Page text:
The Yeh Saali Aashiqui Review

For a story that starts out as a typical love-at-first-sight college romance between a Goody-two-shoes and his pretty new classmate, Yeh Saali Aashiqui has quite a few grisly surprises in store.

The kind you do not expect from a launchpad whose press screening invite as well as opening credits repeatedly play up Vardhan Puri’s relationship to his legendary grandfather, Amrish Puri.

So it’s nice when a launchpad turns out to be a little more than a show reel for an industry child’s privilege.

Good-natured films are received favourably, despite lacking in craft, on the strength of intention.

On the other hand, there’s Yeh Saali Aashiqui whose devilish fervour, directed by Cherag Ruparel based on a script co-written by Puri Jr, held my attention even in the absence of skill purely for audacity.


What struck me most is its mercurial storytelling. Deceptively cliched imagery is gleefully shattered to lay bare a series of murky twists and remorseless depravity.

But before things resemble a sort of Count of Monte Cristo meets Karz meets The Man in the Iron Mask soused in ruthless Korean cinema sensibilities, Yeh Saali Aashiqui gives little indication of the havoc it is about to wreak.

Sahil Mehra (Vardhan Puri) is a hotel management student in Shimla.

Being the proverbial nice guy, he feeds the poor, makes hefty donations, doesn’t smoke or drink, detests cheaters, loves Dil Chahta Hai and classmate Mittee Deora (Shivaleeka Oberoi).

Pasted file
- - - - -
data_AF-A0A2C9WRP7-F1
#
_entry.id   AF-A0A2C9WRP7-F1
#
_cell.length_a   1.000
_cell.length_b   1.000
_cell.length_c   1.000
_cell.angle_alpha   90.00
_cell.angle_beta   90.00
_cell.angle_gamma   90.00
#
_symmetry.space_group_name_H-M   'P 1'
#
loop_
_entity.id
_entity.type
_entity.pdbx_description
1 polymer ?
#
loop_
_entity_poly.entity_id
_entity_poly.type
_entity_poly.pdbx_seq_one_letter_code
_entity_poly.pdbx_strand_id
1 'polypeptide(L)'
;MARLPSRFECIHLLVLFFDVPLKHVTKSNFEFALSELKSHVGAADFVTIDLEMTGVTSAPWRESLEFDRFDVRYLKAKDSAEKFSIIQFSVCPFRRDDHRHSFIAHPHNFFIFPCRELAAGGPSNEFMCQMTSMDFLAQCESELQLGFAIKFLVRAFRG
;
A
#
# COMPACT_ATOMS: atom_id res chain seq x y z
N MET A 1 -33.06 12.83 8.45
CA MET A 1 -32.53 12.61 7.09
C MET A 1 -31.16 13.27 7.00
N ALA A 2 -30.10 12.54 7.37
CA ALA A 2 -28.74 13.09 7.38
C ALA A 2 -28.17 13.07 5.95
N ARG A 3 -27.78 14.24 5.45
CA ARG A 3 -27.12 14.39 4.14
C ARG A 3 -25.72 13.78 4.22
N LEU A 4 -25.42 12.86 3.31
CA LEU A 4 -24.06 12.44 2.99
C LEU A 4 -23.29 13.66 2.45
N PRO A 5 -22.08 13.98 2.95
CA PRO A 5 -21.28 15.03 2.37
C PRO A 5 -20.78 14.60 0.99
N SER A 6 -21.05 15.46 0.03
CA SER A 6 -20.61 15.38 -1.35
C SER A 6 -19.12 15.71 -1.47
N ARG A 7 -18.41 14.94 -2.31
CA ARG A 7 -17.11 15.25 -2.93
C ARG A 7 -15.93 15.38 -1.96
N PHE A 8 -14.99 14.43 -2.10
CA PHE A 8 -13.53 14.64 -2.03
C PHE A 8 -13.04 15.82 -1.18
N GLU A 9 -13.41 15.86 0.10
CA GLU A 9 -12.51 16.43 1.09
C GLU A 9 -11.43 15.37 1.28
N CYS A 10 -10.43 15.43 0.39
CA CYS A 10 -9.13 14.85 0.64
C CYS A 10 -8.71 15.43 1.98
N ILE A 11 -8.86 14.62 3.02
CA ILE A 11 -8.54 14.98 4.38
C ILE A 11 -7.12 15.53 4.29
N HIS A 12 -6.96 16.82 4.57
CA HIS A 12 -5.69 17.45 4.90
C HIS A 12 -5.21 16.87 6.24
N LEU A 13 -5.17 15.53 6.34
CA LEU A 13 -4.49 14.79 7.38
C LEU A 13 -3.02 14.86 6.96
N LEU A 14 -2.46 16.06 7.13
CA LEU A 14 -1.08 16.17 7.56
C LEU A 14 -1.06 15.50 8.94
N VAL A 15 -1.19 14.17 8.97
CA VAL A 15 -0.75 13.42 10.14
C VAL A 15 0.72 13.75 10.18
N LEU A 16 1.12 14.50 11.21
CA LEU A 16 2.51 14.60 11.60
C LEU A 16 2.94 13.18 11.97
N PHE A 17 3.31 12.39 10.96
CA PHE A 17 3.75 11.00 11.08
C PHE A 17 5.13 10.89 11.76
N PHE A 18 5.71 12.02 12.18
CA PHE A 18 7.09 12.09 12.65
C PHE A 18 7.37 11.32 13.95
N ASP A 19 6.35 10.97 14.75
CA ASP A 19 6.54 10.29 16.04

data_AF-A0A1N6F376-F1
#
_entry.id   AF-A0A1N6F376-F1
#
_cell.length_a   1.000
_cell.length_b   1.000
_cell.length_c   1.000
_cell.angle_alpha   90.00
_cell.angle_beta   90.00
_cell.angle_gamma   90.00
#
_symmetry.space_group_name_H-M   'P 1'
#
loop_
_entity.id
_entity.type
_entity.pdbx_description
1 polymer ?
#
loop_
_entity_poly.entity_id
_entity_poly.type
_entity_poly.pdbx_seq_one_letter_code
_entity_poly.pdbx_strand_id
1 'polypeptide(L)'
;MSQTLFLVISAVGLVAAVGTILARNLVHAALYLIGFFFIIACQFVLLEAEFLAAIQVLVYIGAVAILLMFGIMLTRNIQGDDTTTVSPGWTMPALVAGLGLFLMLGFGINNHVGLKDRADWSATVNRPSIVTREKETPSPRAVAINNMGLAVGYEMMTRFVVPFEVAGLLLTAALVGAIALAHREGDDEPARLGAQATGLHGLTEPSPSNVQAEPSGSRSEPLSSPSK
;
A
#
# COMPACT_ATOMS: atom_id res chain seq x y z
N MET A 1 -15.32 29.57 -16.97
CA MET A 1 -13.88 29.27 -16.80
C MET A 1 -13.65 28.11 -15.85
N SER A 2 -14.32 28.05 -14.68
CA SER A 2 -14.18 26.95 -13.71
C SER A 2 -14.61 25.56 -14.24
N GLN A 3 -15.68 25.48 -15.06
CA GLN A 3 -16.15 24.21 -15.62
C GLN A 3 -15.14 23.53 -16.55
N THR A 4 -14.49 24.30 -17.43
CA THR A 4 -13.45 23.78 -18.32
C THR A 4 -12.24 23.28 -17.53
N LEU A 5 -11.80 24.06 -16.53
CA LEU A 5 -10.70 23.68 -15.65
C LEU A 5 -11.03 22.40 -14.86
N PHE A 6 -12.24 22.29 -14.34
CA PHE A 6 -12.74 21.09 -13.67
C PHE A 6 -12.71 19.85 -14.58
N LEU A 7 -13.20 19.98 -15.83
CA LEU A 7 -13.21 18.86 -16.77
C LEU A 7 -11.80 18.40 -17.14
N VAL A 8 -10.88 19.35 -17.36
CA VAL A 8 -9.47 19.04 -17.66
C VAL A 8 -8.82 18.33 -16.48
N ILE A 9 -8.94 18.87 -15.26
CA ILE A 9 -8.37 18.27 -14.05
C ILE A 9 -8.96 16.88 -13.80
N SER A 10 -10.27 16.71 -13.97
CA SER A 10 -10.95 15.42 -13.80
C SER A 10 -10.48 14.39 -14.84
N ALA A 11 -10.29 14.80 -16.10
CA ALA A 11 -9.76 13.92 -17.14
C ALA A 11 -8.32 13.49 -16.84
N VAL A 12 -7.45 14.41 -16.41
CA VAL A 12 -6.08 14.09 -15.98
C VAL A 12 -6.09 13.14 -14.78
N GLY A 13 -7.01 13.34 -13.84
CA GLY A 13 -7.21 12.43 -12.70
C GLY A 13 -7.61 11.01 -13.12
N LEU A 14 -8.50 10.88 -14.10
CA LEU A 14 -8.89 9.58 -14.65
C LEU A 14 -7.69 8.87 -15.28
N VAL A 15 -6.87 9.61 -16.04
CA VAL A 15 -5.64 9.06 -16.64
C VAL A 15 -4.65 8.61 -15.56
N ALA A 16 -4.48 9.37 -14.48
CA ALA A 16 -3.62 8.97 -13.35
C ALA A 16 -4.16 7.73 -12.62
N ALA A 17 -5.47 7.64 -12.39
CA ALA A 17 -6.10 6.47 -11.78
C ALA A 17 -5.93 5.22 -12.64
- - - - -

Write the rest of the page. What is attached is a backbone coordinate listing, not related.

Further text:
Except there’s more to Mittee than meet cute and fangirling over Ranbir Kapoor.

It takes Sahil a trip down a mental asylum to find out.

As heartbreak, betrayal and retribution collide, Yeh Saali Aashiqui changes gears from fishy to ferocious pitting its leads in a nasty game of tit for tat.

There is plenty to fault in its callous, clumsy film-making.

And its actors.

Vardhan doesn’t have the intensity to pull off Sahil’s loathing or meltdown.

His co-star Shivaleeka Oberoi is far more uninhibited as the serial social climber.

But neither has a screen presence that stands out.

What does is a screenplay full of loopholes, especially the ones involving flashbacks.

Not to mention the first hour’s bizarre obsession with the word ‘anus’. At one point, I stopped to check have I got the title right or is it Yeh Saali Anusqui?

Stick around for the second half and you might even spot a bare butt.

More problematic is the needless misogyny dispensed in the name of male victimisation.

There is nothing wrong in portraying a woman as evil. But to bring up one’s lack of propriety in context of an ongoing and serious movement is simply tone deaf.

Despite such off-colour moments, I have to give it to Yeh Saali Aashiqui for showing such raging ambition and commitment to go bonkers all the way.

Review first published on

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